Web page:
A Patient-Centered Plan for Care
Although there is no cure for asthma, there are many ways to effectively manage asthma. As a patient with asthma, it is crucial that you work together with your healthcare provider to ensure that you are aware of the key features of asthma and your treatment plan. It is important for your provider to help you understand and recognize asthma symptoms. Ask your provider if you have questions about how to use, and at times self-adjust medication as part of your asthma treatment plan. As part of the healthcare team, you must understand and appreciate their vital role in ensuring the best possible health outcomes. Make sure you feel comfortable expressing your concerns and questions with your provider. Communication and understanding are vital to effective management of severe asthma.1,2
The Asthma Action Plan
Asthma action plans are tools healthcare providers can use to help optimize a patient’s asthma control. Using an asthma plan as part of your education and management has the potential to reduce your missed school/work days, unscheduled clinic visits, and reduces the likelihood you will need to use hospital services. A crucial part of this process is developing an asthma action plans with your clinician. This will empower you to prevent your symptoms from getting worse and to take your prescribed controller/rescue medications consistent with the plan. The 5 effective elements of asthma action plans as follows1:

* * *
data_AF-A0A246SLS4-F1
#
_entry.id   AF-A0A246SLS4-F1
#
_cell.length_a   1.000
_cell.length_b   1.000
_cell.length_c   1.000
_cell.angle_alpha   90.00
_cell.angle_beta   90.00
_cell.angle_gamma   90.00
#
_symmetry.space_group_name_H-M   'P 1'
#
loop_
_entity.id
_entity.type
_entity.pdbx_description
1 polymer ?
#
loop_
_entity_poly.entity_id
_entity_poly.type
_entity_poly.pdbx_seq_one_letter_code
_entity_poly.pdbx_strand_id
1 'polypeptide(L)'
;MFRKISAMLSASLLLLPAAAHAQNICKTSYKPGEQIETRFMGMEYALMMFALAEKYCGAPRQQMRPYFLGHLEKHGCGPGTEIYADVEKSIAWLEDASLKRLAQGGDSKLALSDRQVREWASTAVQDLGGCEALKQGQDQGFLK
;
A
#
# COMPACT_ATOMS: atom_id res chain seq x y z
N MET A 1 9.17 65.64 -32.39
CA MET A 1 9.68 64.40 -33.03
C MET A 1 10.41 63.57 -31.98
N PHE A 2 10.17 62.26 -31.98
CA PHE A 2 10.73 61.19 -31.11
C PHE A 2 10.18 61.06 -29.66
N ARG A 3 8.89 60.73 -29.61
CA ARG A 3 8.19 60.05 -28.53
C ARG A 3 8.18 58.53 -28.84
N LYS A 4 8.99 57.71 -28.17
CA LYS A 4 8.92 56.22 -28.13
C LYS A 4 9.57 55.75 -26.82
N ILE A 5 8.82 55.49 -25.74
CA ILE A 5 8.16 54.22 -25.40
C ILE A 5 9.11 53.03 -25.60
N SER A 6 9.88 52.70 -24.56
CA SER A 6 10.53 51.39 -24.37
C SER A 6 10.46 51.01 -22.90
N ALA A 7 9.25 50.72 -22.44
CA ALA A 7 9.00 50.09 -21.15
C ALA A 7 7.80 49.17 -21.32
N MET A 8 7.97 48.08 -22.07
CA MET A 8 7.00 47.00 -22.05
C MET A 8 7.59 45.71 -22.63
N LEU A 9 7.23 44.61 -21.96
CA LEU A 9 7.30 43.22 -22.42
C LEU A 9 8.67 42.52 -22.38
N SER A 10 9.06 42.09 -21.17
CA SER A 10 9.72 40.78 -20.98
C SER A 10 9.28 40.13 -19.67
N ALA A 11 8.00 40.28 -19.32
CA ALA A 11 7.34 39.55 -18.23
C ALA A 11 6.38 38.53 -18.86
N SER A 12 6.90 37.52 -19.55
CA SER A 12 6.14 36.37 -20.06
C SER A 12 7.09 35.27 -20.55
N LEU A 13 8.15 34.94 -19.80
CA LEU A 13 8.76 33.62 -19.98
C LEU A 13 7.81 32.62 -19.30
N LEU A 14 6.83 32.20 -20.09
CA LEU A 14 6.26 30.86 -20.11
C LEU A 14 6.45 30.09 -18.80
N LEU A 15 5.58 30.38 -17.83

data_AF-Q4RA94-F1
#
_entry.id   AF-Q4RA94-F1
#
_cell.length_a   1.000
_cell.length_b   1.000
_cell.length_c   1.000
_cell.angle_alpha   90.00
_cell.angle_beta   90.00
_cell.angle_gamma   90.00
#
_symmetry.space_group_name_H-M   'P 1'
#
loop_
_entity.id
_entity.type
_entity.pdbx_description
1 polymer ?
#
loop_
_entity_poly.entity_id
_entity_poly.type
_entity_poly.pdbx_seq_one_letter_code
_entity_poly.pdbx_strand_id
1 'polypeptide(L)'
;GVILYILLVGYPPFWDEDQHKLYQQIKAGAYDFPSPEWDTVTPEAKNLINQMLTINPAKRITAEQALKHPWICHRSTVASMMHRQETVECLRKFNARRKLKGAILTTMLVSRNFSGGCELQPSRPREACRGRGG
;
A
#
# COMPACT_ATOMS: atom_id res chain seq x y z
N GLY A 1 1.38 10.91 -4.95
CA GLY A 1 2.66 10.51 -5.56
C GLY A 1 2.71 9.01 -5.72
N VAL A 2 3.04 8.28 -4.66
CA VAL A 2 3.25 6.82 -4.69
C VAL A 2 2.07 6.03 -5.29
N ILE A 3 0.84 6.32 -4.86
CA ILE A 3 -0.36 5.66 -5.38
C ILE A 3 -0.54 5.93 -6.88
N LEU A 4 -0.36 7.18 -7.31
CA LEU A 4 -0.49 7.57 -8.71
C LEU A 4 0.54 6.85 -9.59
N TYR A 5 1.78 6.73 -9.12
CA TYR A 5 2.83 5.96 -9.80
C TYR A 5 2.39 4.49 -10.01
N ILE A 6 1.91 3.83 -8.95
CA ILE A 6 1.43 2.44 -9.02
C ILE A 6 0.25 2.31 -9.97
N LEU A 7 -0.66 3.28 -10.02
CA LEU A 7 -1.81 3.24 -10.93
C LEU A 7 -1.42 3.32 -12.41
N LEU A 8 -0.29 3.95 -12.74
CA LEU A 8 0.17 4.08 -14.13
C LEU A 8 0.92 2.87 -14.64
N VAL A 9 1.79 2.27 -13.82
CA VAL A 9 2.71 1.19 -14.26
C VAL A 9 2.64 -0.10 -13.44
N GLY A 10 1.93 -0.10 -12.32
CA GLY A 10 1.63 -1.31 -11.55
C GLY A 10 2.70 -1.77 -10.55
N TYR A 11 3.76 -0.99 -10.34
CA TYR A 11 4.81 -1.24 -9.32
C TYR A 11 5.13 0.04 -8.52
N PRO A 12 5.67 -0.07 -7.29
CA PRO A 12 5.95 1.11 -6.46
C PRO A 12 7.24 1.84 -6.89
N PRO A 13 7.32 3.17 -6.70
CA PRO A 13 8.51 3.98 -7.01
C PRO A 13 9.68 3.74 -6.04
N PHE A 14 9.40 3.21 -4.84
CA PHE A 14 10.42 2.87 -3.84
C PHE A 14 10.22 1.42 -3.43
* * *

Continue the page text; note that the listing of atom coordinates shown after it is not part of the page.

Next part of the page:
- Recommends doses and a schedule of daily medications, as well as how to adjust medications in response to symptoms or peak flow measurements
- Provides a written record of the patient’s best peak flow measurement and ranges that help to expose situations that may warrant patient action
- Provides warning signs and symptoms that may warrant closer monitoring or acute care
- Provides emergency numbers for healthcare providers, emergency departments, transportation methods, and other relevant information that patients may need in an emergency
- Provides a list of triggers that could cause asthma attacks, giving the patient access to a list of items to avoid
An example of an asthma action plan is provided below.3
- Rance KS. J Multidisip Healthc. 2011;4:299-309. doi:10.2147/JMDH.S22966
- National Learning Consortium. Shared decision making. 2013 (www.healthit.gov/sites/default/files/nlc_shared_decision_making_fact_sheet.pdf).
- Asthma and Allergy Foundation of America. Asthma action plan. 2015 (https://www.aafa.org/asthma-treatment-action-plan).